‘Mumbai cannot depend on Tata Power, AEML alone’

MSETCL chairman and managing director says the city needs additional sources of electricity to prevent another blackout

Days after a power outage plunged Mumbai and the Mumbai Metropolitan Region into darkness on October 12, Maharashtra Chief Minister Uddhav Thackeray has directed Tata Power to immediately hand over land to Adani Electricity Mumbai Limited (AEML) to set up a 400 kV substation in Vikhroli, a project that has been pending for over a decade now. Dinesh Waghmare, chairman and managing director of Maharashtra State Electricity Transmission Co. Ltd. (MSETCL), speaks to The Hindu on what went wrong on October 12.

What led to the power failure?

The problem arose on October 10 when the conductor wire of the Talegaon-Kalwa transmission line snapped at Lonavala and Karjat. As employees were working to repair the line, circuit number one of the Padghe-Kalwa line tripped at 6.54 a.m. on October 12. The maintenance team required stopping power supply to the line to fix the issue. The power load was transferred to circuit number two of the same line, which too tripped due to overload by 9.58 a.m. So the situation was that both the Talegaon-Kalwa line and circuit number two of the Padghe-Kalwa line had snapped, while circuit number one was undergoing maintenance. Meanwhile, at Kharghar substation, high voltage on the Kharghar-Kalwa created a spark. Fearing a fire, the substation incharge manually shut down the lines from Talegaon to Kharghar, and from Kharghar to Kalwa at 10.23 a.m. This led to no power supply to Mumbai as Tata Power and AEML lines tripped simultaneously. Restoration work first started at 10.41 a.m. on circuit number one of the Padhage-Kalwa line followed by Talegaon-Kharghar line, the AEML line, circuit number two of the Padaghe-Kalwa line and Tata Power line. The final restoration of power was completed by 1 a.m. on October 13. Power was restored on priority basis to banks, hospitals, rail services, and government offices.

What was the biggest challenge faced while restoring power?

At Lonavala, the tower is situated on a mountain and at Karjat, it is in a deep valley. Around 100 employees, including engineers, braved the tough terrain, rough weather, wild animals, and worked to finally restore power by Thursday night. Most of them hailed from Jharkhand and had the knowledge of negotiating such terrain. Since ‘generation’ didn’t get restored at the expected time, ‘islanding’ of Mumbai did not happen. Hydropower stations can start generating power in 10 minutes of such a failure, but Tata Power took over five hours. Thermal power stations came on board only past midnight, further delaying the restoration of power to residential areas. Tata Power has a capacity of 1,377 MW, which includes three hydro power units, two coal units and two gas units. Meanwhile, AEML has two units of 250 MW each.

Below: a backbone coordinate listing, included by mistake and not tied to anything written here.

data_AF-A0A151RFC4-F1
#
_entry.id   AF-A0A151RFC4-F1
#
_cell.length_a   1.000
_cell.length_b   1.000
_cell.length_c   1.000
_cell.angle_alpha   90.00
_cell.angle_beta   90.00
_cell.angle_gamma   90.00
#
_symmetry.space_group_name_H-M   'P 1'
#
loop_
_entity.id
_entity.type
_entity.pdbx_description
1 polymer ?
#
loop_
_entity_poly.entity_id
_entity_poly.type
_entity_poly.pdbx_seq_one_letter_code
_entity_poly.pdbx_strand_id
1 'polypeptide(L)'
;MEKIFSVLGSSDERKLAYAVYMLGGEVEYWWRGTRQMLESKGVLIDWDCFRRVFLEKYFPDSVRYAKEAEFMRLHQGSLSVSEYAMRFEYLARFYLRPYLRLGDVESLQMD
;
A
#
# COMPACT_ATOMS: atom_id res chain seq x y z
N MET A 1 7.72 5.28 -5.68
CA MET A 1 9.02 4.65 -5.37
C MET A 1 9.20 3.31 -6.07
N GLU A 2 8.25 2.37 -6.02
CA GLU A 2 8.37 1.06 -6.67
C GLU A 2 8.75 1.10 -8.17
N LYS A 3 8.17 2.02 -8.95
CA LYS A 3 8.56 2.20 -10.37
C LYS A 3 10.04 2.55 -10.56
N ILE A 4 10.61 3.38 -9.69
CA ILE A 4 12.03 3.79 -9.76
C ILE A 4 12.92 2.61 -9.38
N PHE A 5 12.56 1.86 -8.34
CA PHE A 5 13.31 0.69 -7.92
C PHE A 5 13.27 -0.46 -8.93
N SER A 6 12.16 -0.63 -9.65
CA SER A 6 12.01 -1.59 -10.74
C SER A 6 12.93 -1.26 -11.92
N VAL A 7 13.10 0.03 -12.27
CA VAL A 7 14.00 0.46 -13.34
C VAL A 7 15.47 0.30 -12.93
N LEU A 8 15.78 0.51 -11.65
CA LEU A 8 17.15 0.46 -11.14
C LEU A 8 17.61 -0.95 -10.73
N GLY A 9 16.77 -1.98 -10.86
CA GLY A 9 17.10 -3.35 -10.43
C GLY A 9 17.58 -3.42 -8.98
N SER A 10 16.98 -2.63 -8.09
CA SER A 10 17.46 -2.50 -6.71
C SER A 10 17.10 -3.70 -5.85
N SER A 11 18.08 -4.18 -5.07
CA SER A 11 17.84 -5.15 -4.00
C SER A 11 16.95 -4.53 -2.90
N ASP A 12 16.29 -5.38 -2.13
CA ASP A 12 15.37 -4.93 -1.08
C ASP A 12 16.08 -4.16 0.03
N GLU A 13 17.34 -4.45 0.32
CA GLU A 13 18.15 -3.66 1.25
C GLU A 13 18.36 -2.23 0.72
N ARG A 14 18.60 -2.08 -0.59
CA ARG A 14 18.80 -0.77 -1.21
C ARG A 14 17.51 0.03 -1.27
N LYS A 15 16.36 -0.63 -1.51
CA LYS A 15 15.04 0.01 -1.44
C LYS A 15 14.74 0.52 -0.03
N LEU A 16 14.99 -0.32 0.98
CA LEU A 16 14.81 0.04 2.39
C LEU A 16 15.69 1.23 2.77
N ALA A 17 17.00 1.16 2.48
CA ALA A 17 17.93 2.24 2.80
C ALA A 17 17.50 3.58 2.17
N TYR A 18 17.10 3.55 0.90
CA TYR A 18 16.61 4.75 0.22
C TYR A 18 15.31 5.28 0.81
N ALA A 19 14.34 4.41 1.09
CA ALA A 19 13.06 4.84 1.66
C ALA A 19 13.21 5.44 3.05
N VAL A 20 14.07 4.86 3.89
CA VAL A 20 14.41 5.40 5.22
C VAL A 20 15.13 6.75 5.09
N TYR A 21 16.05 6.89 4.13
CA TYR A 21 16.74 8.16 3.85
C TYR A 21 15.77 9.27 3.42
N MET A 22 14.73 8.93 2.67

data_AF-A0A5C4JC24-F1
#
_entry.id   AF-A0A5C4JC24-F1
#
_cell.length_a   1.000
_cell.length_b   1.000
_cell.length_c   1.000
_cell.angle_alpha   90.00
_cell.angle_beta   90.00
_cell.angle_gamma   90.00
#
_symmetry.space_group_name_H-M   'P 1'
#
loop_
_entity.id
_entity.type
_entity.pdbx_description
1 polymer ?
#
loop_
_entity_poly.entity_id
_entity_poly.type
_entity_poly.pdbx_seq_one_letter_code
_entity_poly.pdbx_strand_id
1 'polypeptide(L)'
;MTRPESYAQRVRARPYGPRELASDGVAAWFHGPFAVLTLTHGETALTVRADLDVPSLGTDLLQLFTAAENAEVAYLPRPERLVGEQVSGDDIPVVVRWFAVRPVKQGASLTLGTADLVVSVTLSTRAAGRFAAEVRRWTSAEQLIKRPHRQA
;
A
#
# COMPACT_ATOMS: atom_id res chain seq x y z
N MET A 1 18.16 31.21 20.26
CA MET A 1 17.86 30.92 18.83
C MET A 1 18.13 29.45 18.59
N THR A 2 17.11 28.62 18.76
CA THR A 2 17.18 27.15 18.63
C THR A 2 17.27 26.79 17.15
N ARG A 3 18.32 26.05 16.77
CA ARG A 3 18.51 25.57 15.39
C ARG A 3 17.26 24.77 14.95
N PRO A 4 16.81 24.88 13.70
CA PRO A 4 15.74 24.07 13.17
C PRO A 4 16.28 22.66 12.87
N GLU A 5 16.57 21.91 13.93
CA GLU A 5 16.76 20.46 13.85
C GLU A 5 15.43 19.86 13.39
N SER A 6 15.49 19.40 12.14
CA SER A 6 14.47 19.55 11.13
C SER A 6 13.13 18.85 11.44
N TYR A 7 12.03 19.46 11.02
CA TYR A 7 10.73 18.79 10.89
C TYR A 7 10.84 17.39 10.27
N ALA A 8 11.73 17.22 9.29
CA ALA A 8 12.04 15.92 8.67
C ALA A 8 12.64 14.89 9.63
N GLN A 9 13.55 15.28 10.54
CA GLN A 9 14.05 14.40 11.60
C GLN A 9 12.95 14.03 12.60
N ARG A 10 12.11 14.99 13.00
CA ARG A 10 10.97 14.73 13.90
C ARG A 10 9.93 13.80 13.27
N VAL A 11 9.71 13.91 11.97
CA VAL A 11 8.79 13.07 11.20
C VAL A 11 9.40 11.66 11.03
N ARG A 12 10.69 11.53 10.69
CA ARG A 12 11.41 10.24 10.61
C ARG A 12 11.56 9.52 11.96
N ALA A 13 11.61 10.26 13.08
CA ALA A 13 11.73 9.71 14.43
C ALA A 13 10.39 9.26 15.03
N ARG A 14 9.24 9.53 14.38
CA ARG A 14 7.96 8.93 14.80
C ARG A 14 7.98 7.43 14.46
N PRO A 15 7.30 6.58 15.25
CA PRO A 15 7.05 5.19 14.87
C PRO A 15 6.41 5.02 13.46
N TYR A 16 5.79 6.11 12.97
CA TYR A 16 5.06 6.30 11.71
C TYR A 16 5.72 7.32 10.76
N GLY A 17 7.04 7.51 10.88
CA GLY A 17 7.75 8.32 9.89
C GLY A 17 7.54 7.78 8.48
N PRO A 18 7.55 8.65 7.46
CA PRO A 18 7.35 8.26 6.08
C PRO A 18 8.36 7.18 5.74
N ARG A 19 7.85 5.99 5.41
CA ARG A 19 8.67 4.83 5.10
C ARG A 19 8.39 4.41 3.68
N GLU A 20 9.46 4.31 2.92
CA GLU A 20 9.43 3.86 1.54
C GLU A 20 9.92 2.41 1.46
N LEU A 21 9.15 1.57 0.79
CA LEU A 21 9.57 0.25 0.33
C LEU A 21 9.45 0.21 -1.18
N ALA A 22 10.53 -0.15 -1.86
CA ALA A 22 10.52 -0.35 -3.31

Was it a technical error or is foul play suspected?

MSETCL investigated the incident and prima facie, it is suspected to be a technical error. A report has been submitted and a State-level inquiry might follow. Meanwhile, a Central team visited Mumbai on October 13 and completed their investigation by October 14. The Central team consisted of the chief engineer of the Central Electricity Authority of India along with representatives from the Power Grid Corporation of India, the Western Regional Load Dispatch Centre, Tata Power, AEML and MSETCL.

How can a similar episode be prevented?

Mumbai needs additional sources of electricity. Power should also be brought from outside. The city cannot depend on Tata Power and AEML alone. The Vikhroli substation project had been stalled for a long time, but now the Chief Minister has resolved the land issue. The project was with Tata Power, which they did not implement. Later, through a bidding process, the project was allotted to AEML. Tata Power was supposed to hand over the land to AEML, but Godrej has taken the land on lease and was embroiled in a dispute with the State government. On Friday, the Chief Minister asked Tata Power to hand over the land to AEML at the earliest. Once commissioned, the Vikhroli substation will generate 1,500 MW of power. Another proposed substation between Dahanu and Bhoisar is also stuck due to a land dispute. Once commissioned, this project will also generate 1,500 MW of power. Two more circuits are planned for the Padaghe-Kalwa corridor, but are stalled as many slum and residential areas dot the route. Every industrial and commercial establishment should have provision for battery storage to tackle such emergencies.

How much power does Mumbai and the Mumbai Metropolitan Region need per day?

During the monsoon season, at the peak hours, the average requirement is 2,700 to 2,900 MW in Mumbai and 3,800 to 4,011 MW in the MMR. Around 50% of power required by Mumbai is provided by MSETCL, while the remaining (around 1,877 MW) is provided by Tata Power and AEML.

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